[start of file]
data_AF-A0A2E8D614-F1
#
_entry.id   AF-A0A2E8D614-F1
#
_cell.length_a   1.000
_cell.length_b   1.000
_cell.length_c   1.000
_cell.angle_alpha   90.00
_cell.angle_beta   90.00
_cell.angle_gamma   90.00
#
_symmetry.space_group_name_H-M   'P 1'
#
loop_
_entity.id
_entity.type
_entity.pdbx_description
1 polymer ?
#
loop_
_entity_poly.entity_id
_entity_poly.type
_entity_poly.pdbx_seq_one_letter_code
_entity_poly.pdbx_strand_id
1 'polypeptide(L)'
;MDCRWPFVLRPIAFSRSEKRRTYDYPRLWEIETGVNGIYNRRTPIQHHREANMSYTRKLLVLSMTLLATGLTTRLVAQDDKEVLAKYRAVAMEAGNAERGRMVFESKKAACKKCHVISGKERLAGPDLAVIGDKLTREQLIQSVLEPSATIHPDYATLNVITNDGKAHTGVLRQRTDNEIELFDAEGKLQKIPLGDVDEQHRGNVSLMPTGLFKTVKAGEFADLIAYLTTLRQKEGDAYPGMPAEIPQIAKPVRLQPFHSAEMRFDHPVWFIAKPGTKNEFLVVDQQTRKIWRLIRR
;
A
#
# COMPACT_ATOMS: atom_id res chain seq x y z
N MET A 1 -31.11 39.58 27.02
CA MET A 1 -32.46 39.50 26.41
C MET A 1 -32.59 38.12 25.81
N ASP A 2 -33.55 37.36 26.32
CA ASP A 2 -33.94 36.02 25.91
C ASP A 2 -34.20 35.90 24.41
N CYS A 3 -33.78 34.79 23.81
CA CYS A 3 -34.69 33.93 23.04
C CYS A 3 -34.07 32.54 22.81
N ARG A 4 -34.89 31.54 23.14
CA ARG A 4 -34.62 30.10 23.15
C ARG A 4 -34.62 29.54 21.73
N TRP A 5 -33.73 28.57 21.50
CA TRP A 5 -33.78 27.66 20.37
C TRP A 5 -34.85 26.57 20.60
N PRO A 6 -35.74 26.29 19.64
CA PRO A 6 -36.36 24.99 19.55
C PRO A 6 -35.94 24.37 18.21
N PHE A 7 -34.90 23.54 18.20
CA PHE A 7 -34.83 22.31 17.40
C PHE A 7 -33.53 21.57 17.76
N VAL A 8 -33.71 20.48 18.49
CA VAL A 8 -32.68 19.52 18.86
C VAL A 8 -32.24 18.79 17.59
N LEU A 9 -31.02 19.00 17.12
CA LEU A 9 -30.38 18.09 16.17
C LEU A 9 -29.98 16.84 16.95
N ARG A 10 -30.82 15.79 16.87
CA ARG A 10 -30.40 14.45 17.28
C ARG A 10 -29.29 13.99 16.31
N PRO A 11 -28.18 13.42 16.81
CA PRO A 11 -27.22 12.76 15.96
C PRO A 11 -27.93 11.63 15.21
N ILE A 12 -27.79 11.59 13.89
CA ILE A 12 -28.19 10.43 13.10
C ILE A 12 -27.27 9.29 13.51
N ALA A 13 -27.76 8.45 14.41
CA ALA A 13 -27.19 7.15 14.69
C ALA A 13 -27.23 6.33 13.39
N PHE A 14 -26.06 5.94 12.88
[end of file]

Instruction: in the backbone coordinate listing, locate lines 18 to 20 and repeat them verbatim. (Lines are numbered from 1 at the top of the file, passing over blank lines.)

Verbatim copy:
1 polymer ?
#
loop_